Verifying Iran Nuclear Deal Is Not Possible ➠ Say Experts
Meanwhile, not even bothering to hold them to account for past cheating or eliminating the facilities, like Fordow, that were built through cheating against prior rules in the past.
Despite promises by President Obama that Iranian cheating on a new treaty will be detected, verifying Tehran’s compliance with a future nuclear accord will be very difficult if not impossible, arms experts say.
“The Joint Comprehensive Plan of Action will not be effectively verifiable,” said Paula DeSutter, assistant secretary of state for verification, compliance, and implementation from 2002 to 2009.
Obama said Saturday that the framework nuclear deal reached in Switzerland would provide “unprecedented verification.”
International inspectors “will have unprecedented access to Iran’s nuclear program because Iran will face more inspections than any other country in the world,” he said in a Saturday radio address.
“If Iran cheats, the world will know it,” Obama said. “If we see something suspicious, we will inspect it. So this deal is not based on trust, it’s based on unprecedented verification.”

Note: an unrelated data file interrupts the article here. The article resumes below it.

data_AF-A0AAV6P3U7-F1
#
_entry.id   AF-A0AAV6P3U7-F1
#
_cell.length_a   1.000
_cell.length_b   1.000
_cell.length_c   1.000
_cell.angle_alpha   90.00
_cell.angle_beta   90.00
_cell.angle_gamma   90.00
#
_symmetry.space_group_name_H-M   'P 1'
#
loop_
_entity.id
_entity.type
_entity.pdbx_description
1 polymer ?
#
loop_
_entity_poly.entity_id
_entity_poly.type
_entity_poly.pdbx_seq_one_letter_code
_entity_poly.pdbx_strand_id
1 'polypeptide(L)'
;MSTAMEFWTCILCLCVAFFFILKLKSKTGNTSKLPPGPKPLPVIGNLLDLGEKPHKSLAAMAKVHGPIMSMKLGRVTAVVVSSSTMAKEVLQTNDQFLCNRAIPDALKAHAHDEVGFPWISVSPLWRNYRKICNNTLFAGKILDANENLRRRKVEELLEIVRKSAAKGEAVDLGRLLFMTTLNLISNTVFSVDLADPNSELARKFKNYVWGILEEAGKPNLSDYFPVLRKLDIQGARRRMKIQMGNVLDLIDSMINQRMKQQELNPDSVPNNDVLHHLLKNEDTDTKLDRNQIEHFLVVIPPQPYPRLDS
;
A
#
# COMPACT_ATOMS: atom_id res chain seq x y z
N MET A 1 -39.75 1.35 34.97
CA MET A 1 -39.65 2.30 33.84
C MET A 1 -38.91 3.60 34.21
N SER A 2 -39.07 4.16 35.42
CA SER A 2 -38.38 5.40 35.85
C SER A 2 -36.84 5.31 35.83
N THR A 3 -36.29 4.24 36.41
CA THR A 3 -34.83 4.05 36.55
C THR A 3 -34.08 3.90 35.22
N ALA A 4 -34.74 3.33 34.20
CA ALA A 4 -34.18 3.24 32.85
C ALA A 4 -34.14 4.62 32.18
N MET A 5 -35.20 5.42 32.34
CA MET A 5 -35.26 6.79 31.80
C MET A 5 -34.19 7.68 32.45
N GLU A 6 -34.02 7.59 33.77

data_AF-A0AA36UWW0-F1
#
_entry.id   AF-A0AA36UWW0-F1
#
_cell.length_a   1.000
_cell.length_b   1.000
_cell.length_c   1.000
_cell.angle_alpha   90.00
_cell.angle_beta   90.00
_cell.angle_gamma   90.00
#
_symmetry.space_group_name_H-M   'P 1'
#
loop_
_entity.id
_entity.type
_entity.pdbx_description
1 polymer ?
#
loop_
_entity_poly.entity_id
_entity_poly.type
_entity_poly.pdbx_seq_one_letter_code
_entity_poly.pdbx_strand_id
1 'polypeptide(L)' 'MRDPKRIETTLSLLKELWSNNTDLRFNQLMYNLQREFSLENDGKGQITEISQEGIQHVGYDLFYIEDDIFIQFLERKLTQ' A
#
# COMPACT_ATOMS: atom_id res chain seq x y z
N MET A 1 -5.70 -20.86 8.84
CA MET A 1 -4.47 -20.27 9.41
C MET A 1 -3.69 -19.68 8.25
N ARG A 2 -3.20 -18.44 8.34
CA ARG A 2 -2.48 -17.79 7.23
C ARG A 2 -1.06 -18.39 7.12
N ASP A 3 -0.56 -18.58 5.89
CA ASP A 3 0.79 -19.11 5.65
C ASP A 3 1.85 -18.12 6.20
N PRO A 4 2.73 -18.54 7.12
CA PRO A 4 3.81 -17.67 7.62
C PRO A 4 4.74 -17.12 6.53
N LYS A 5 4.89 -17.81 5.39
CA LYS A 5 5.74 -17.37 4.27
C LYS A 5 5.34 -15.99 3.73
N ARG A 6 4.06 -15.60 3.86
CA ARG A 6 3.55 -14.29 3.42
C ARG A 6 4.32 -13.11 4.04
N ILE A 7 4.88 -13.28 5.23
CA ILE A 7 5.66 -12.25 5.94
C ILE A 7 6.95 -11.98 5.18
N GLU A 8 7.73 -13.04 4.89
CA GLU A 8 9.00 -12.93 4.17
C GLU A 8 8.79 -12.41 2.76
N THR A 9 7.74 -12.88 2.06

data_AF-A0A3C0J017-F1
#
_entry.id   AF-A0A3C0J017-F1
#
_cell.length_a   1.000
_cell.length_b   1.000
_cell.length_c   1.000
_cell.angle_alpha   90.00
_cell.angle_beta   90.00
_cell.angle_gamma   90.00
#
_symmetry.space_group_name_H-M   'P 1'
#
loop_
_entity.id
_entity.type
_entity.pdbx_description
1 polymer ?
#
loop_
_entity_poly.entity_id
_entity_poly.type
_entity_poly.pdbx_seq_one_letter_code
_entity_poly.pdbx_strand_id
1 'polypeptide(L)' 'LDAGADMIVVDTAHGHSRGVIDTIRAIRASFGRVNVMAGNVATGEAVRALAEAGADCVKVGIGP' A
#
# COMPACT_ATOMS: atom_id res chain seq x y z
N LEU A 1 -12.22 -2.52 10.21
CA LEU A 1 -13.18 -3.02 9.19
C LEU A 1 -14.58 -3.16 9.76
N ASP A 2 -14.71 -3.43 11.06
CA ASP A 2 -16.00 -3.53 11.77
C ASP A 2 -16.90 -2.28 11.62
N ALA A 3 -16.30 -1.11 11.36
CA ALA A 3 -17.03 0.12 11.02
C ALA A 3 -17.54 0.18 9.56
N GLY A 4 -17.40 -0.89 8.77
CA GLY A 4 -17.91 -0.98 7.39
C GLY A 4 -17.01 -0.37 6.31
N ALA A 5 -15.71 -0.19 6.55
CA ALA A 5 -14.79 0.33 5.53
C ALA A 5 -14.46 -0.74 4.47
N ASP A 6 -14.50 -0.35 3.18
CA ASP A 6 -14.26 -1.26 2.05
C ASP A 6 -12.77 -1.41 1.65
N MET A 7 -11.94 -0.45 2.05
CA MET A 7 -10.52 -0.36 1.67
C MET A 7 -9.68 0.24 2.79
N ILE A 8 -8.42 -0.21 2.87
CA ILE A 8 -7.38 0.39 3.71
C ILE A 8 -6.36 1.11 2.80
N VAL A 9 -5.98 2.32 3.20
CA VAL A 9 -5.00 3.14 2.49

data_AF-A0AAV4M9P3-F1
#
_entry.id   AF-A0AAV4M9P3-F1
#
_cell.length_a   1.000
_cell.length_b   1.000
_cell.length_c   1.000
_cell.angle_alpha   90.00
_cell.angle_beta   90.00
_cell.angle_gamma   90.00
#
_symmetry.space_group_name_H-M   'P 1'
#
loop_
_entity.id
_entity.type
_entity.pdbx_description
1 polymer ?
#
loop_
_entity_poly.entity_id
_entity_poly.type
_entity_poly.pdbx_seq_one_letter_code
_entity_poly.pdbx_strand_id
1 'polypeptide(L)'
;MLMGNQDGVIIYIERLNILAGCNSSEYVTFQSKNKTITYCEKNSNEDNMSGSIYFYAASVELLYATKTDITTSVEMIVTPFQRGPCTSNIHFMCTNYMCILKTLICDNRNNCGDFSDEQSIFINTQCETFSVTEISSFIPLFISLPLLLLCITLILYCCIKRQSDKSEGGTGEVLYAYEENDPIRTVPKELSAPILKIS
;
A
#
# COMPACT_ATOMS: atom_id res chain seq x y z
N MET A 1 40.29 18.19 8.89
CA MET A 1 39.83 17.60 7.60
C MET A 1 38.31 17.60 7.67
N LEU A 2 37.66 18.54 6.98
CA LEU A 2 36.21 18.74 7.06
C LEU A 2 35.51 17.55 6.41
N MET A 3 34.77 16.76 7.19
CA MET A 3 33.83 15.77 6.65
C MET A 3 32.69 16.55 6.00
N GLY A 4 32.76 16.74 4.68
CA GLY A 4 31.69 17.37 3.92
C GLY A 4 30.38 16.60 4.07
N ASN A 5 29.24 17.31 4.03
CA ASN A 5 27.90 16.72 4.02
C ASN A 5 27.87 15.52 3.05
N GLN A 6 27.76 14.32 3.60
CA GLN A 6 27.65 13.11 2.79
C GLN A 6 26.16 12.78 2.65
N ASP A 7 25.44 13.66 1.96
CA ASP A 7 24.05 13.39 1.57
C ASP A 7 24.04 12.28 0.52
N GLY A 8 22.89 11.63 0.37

But arms control experts challenged the administration’s assertions that a final deal to be hammered out in detail between now and June can be verified, based on Iran’s past cheating and the failure of similar arms verification procedures.
A White House fact sheet on the outline of the future agreement states that the new accord will not require Iran to dismantle centrifuges, or to remove stockpiled nuclear material from the country or convert such material into less dangerous fuel rods.
The agreement also would permit continued nuclear research at facilities built in violation of the Nuclear Non-Proliferation Treaty (NPT), which Iran signed in 1970 but has violated repeatedly since at least the early 2000s.